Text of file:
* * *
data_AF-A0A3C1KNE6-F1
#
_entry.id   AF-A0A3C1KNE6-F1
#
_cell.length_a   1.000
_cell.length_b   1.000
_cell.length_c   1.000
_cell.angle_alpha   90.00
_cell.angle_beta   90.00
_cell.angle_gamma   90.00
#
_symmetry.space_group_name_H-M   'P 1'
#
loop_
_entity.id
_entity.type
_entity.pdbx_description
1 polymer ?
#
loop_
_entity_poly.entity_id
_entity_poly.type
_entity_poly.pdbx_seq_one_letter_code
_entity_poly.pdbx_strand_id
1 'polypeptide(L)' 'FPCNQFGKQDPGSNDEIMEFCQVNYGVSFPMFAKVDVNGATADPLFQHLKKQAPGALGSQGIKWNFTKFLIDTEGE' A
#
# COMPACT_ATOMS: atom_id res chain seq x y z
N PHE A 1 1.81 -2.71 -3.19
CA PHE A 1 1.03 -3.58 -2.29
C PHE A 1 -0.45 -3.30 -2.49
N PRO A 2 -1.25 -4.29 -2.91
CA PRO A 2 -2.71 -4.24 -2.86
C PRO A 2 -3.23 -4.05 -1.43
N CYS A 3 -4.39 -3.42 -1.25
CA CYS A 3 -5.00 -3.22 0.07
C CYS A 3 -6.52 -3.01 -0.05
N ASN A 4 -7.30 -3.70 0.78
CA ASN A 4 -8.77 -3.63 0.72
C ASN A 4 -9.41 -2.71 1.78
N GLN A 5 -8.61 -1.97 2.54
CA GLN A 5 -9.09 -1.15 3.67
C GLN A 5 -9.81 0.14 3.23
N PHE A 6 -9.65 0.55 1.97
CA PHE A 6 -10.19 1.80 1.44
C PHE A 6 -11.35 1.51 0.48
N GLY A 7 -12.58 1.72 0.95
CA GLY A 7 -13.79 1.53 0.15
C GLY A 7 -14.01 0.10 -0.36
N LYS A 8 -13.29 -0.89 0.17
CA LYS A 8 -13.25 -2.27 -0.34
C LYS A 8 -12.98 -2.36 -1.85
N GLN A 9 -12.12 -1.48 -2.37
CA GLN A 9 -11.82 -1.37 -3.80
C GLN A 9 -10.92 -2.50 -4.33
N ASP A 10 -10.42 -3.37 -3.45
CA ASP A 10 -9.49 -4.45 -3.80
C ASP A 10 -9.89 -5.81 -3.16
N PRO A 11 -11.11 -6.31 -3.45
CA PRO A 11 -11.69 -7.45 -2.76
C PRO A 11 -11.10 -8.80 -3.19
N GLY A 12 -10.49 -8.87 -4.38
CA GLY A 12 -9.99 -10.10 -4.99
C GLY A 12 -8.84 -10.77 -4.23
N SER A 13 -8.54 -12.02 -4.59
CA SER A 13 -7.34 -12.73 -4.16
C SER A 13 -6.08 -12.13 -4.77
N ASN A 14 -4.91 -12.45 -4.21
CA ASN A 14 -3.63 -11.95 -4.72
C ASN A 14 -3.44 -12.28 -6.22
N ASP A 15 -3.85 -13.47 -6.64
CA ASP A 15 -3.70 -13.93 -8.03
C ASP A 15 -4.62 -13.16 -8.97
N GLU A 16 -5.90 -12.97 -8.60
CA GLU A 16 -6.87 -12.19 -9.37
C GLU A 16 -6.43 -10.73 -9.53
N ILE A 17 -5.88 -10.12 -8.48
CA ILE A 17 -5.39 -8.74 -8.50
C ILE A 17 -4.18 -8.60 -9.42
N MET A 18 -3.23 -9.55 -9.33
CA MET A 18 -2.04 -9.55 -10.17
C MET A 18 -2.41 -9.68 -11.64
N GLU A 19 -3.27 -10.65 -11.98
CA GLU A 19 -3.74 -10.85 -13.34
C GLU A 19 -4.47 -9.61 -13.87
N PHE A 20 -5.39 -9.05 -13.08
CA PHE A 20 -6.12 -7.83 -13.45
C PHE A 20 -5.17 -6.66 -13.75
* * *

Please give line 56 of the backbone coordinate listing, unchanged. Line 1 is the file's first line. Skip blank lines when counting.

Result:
CA ASP A 10 -9.49 -4.45 -3.80